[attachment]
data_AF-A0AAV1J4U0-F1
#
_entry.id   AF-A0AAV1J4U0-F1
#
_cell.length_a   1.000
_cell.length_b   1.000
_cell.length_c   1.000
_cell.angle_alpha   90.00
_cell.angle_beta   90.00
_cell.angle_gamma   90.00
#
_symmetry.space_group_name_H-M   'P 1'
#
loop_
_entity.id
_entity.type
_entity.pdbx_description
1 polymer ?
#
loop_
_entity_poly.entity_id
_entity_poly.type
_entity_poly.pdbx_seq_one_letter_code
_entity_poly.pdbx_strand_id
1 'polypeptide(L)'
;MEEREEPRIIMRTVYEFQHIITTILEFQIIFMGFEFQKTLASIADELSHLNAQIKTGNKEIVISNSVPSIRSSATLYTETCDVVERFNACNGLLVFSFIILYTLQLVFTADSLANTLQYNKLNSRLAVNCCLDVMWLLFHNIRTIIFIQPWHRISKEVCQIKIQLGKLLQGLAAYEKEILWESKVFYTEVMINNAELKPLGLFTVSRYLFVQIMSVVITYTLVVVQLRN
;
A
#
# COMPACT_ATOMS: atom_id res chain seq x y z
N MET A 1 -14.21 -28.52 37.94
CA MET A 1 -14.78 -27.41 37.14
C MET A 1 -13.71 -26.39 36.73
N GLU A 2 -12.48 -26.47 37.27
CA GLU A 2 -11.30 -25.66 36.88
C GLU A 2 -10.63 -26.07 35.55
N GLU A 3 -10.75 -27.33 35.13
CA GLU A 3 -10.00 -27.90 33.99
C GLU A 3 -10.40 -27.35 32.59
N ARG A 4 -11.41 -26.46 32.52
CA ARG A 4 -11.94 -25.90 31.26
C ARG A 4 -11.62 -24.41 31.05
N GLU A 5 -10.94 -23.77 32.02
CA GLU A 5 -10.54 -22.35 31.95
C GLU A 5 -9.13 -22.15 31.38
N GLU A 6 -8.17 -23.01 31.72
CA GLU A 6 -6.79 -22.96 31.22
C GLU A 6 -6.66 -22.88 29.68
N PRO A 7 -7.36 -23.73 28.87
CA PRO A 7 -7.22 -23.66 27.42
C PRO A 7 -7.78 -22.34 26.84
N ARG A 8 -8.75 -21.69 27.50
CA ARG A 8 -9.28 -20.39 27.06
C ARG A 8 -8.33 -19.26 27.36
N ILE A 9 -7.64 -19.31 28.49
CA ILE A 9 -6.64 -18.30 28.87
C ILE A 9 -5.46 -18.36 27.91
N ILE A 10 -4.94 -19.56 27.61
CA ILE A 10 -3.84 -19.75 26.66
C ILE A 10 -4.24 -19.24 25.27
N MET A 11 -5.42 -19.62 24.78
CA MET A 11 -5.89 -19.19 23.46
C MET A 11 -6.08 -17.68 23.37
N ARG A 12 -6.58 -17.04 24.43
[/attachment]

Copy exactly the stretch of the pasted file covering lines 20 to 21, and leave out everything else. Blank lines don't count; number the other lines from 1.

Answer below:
loop_
_entity_poly.entity_id